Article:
Content from the Brookings Doha Center is now archived. In September 2021, after 14 years of impactful partnership, Brookings and the Brookings Doha Center announced that they were ending their affiliation. The Brookings Doha Center is now the Middle East Council on Global Affairs, a separate public policy institution based in Qatar.
The Brookings Doha Center (BDC) hosted a webinar discussion on April 29, 2020 about the effects of the COVID-19 pandemic on migrant workers in the Gulf Cooperation Council (GCC). Panelists explained migrant workers’ response to the virus, how the present situation will impact future labor conditions, and the difficulties of reporting on the ground. The panel consisted of a group of distinguished scholars and experts, including: Zahra Babar, associate director for research at the Center for International and Regional Studies at Georgetown University in Qatar; Houtan Homayounpour, head of the International Labour Organization’s (ILO) Project Office in Qatar; and Borzou Daragahi, an international correspondent for The Independent.
Zahra Babar opened the discussion and explained the rationale behind migrant workers’ response to the pandemic. Prior to entering the GCC, migrant workers are subject to rigorous health tests to ensure that they do not possess an infectious disease. This is the first step in the job process and can foster anxiety among many who fear being denied entry. Babar notes that this medical system fails to prioritize migrant wellness and to provide treatment to those who are potentially ill. Migrant health is one small part of a larger labor regime, and so workers learn to treat their health not as a matter of personal importance but as a prerequisite for employment. That is why today, in the face of a pandemic, migrants seek to hide signs of illness for fear of being fired or deported. Babar contends that it is the medical screening process which has fostered such anxiety. Finally, she notes that governments should not release data about the virus’ spread along demographic lines. Doing so may cause the novel coronavirus to become associated with specific nationalities and thus lead to the stigmatization of such groups.
Houtan Homayounpour continued the discussion and spoke about legislation in Qatar. Given how quickly the virus has spread among the vulnerable population of migrant workers, the state has enacted legislative change to improve workers’ living spaces. However, it is not simply a matter of changing the legislation, but also of making sure that it is respected across the board. Currently, there are companies that fail to provide adequate accommodation, and the government is working to close illegal spaces. However, there are also workers, who, when given a living allowance, move into cramped accommodation to save money. Homayounpour states that the problem must be tackled from both ends, and migrant workers should be consulted in the process of legislative reform. He notes that the government is working to increase transparency to gain workers’ trust. If trust is established, then migrants will feel more comfortable coming forward with symptoms. Finally, Homayounpour noted that hotlines have been set up for workers to voice concerns. Civil society organizations have responded positively to this program; however, migrant workers remain hesitant to reach out.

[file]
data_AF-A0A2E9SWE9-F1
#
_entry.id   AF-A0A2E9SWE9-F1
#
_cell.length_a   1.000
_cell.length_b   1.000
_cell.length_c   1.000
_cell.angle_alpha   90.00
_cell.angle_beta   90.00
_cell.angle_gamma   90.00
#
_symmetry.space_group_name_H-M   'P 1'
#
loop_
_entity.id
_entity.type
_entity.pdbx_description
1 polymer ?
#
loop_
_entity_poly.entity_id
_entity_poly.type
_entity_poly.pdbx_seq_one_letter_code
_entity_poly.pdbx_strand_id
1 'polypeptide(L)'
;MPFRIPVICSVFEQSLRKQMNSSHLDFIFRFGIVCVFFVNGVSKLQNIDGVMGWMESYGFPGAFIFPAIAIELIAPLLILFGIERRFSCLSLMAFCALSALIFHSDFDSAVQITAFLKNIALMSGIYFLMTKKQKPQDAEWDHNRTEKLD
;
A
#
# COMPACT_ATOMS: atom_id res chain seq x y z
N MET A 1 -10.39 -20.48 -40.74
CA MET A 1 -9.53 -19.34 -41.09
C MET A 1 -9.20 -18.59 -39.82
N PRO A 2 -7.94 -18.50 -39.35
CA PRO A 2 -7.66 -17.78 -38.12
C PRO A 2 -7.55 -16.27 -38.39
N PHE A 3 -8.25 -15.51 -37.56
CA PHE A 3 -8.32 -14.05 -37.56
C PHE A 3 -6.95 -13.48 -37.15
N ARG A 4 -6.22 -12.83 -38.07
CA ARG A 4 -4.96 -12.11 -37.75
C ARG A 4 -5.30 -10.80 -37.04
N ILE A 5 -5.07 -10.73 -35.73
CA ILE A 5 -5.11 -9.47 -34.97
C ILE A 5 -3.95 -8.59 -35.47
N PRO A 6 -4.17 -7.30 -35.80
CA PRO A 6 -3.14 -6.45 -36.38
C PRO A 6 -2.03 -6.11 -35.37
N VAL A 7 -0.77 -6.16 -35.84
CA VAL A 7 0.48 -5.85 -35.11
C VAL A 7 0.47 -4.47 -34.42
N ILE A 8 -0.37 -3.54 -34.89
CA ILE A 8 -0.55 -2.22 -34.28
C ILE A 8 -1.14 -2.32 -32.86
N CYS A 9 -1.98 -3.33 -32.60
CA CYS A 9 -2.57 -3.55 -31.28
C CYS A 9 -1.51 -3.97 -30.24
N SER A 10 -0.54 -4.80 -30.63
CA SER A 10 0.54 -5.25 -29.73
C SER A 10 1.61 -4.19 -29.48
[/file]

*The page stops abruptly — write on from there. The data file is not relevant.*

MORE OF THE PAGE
Borzou Daragahi described the difficulties of reporting on migrant rights in the Gulf. Firstly, migrant workers are often hesitant to speak to the press. Many migrants come from disadvantaged backgrounds within their own communities and face further stigma in host countries. This fact, in conjunction with restrictions to free speech across the GCC, discourages individuals from sharing their stories. Daragahi then noted the challenge of accessing living and working spaces, stating that governments only show the labor camps or accommodation quarters that they are proud of. Although difficult to cover, stories about the lives of migrant workers often narrate profound journeys and are valued in the media community. Furthermore, Daragahi declared that while news outlets are dedicated to covering the pandemic and its implications for the Arab world, other topics have fallen by the wayside. The Libyan civil war is just one example. Finally, parts of the Middle East receive more coverage than others. A lack of transparency in the Gulf has meant less news stories about the region.
In the subsequent question and answer session, panelists discussed international bodies, progress made in Qatar, as well as external approaches to protect migrants during the coronavirus pandemic. Babar lamented the absence of a transnational framework that binds states and international bodies to ensure the health rights of migrants. More and more countries are increasingly reliant on temporary forms of labor, and so such a framework is necessary. Homayounpour stated that joint committees (bodies which allow for communication between migrant workers and management), are advancing in Qatar. The ILO will soon publish a report with the Ministry of Labor on the efficacy of such bodies during crises. Finally, Daragahi described the way Turkey is managing its migrant population amid the pandemic, to provide a potential model of action. He stated that international organizations are providing resources to local volunteers and de facto organizations to continue operations already set up in refugee camps.
Associate Director for Research - Center for International and Regional Studies, Georgetown University in Qatar
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Many will find [military leaders' promises to adhere to a policy of non-interference] difficult to believe because ultimately, the reason that Khan lost power in April is that he had fallen out with the military. The outlook for Pakistan is political instability until the next election, whenever it is held.